Nurse training should embrace simulation and virtual methods of learning to draw on the latest in cutting-edge technology, to help tackle the NHS workforce crisis, universities have suggested.
In a briefing, an association of universities argued that universities should make use of new legislation to employ simulation units, and virtual or augmented reality to deliver ‘simulated placements’ for students.
University Alliance, which collectively trains 30% nurses in England, has called for universities, the NHS, and Government to work together across four key areas to find a solution to the workforce crisis.
There are currently over 46,000 nursing positions vacant, meaning that positions that had been planned or funded remain unfilled, and nurses leaving the NHS at record rates.
University Alliance CEO Vanessa Wilson said there was ‘huge potential’ for the higher education sector to scale up its nursing training provision, and ‘alleviate the strain on NHS trusts and other clinical placement providers’.
‘Alliance universities are delivering innovative nursing training including the use of cutting edge ‘virtual’ clinical placements, taking pressure off NHS trusts and other clinical placement providers in the process.
‘The exciting developments in simulated settings alongside regulatory and funding reforms would enable universities to train larger numbers of competent and confident nurses without compromising on quality.’
The universities also advocate for government to ‘look toward a new model and framework for nursing education’. In particular the University Alliance argues that the UK could train many more nurses if the NMC were to adopt a competency-based approach.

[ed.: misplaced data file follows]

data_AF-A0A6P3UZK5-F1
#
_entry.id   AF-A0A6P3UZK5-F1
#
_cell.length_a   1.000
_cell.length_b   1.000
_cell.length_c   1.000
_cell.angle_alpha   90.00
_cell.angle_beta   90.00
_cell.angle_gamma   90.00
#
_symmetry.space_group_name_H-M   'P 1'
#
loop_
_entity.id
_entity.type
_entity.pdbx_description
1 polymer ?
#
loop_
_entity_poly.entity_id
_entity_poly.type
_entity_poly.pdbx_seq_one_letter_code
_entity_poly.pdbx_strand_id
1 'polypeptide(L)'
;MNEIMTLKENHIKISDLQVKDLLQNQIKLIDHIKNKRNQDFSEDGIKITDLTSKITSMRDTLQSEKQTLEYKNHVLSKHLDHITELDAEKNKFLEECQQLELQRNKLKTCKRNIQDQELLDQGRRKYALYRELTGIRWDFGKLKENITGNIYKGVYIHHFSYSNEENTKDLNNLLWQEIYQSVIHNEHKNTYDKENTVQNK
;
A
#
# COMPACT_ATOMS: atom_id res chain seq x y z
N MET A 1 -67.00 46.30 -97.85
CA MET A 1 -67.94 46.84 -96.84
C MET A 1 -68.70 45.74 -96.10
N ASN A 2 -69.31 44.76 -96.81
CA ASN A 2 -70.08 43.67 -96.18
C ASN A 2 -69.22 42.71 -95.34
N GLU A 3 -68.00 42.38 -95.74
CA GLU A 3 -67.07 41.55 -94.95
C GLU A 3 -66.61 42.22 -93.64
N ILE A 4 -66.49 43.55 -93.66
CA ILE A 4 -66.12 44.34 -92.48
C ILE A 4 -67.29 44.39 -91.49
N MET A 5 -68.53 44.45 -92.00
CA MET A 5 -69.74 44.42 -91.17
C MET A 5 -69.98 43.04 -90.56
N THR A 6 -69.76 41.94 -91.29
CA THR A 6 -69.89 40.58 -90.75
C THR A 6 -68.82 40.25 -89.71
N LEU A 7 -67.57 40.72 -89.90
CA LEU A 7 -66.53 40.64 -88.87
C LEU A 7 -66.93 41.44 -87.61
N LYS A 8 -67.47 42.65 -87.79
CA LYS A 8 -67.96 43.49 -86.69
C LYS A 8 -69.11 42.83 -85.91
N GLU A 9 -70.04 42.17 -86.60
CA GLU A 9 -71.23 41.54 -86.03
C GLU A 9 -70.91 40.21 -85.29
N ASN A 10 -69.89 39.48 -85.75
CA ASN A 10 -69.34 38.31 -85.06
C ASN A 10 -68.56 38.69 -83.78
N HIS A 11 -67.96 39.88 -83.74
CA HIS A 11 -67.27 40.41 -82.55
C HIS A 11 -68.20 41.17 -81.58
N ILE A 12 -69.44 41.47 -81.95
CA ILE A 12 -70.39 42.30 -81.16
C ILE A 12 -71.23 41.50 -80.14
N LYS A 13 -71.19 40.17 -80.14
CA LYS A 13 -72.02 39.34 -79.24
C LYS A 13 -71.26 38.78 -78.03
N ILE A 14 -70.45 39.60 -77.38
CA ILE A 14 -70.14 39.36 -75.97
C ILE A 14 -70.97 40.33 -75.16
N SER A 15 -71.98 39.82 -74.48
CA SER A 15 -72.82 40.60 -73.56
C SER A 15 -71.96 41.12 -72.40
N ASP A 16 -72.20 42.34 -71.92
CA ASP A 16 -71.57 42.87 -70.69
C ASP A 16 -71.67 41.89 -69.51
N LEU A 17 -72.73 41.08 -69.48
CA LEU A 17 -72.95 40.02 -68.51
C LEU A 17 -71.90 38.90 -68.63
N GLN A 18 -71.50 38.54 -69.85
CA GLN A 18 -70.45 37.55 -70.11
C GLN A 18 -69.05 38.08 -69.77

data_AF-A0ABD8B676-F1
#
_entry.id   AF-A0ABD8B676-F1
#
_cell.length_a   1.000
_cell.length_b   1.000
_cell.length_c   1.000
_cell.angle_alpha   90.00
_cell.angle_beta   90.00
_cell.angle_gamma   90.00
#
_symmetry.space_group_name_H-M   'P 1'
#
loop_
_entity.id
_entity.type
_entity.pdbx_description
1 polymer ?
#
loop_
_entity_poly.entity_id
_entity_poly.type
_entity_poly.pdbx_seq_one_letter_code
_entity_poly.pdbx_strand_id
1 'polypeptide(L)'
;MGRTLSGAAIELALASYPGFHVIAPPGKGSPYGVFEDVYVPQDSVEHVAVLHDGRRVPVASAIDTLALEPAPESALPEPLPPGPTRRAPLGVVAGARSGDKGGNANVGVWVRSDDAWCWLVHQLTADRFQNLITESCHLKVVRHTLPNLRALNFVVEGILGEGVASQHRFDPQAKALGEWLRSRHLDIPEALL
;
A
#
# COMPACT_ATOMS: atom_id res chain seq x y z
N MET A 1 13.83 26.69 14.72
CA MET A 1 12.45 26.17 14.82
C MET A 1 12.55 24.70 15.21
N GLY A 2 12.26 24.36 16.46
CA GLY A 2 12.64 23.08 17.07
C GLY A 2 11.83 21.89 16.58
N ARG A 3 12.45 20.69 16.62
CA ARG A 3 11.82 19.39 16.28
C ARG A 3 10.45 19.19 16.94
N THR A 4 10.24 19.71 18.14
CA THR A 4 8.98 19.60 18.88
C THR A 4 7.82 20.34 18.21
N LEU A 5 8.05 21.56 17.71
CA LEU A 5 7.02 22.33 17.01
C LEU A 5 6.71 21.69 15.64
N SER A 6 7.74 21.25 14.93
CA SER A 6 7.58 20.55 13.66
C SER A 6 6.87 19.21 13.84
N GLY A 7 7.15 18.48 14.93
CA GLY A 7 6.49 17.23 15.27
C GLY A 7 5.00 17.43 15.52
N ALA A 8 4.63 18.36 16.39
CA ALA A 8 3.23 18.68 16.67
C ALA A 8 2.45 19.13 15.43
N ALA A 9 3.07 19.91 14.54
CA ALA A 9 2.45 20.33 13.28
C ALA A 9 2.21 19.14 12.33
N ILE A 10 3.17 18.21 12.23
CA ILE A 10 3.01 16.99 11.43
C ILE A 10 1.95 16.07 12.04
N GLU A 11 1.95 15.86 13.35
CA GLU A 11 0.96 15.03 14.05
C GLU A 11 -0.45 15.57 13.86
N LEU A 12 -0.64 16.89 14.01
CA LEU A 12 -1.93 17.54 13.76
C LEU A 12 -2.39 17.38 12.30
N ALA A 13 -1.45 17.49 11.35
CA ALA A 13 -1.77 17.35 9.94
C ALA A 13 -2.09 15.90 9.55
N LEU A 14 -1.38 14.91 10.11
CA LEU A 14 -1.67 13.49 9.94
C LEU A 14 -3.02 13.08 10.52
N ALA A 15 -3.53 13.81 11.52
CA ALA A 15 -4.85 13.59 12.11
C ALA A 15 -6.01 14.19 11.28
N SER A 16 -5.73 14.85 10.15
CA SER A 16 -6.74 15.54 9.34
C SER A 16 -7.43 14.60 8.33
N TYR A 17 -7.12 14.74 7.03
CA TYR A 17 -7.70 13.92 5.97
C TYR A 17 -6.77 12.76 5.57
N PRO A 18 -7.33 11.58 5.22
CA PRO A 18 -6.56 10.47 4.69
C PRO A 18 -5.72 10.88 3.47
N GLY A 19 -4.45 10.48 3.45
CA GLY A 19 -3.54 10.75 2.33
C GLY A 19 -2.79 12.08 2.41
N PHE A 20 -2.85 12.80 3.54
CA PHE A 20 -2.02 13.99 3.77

This approach, which is used in the US and Canada, does not require a minimum number of training hours but instead focuses on a set measure of skill.
A statement said: ‘Nursing training is becoming increasingly sophisticated and high-skilled – and we think moving towards a modern framework that keeps pace with these developments is sensible.’
‘Universities could train significantly more nurses if the NMC moved to a regulatory framework based on competency rather than time served. For instance, the NMC could consider the model and framework for nursing education using a competency-based approach, recently developed by the American Association of Colleges of Nursing (AACN).’
University Alliance’s four key proposals
– Involve the education sector in long-term workforce planning
– Reform placement tariffs for nursing students
– Fully embrace simulation in nursing training
– Explore a new model for nursing education.
Professor Paula Jane Holt MBE, NMC Senior Nursing Adviser, said: ‘We agree with University Alliance that nurse education must be a key consideration in any plan to address the well-publicised workforce challenges in health and care.
‘As well as greater allowance for innovative simulated practice learning methods, we’re making sure that students experience practice learning in a wider range of settings that reflect where people are cared for.
‘We know some of our stakeholders want us to take this work even further. That’s why we’re exploring more potential changes, including to the number of practice learning hours. We’ll need to work closely with our partners, drawing on research and evidence to understand the potential impact, and how best to maintain effective quality assurance.’
The organisation also argues that universities must be involved in workforce planning alongside the NHS, recommending that higher education providers ‘should play a key role’ in ICBs and ICSs.
Additionally the University Alliance advocates for a ‘fairer tariff for nursing students’, saying that ‘every year Alliance universities must turn away thousands of high-potential applicants to nursing courses’ due to a lack of clinical placements.
Placement providers should be given a better financial reimbursement for taking on nursing students, argues the group, in order to allow better investment in the resources required to deliver placements.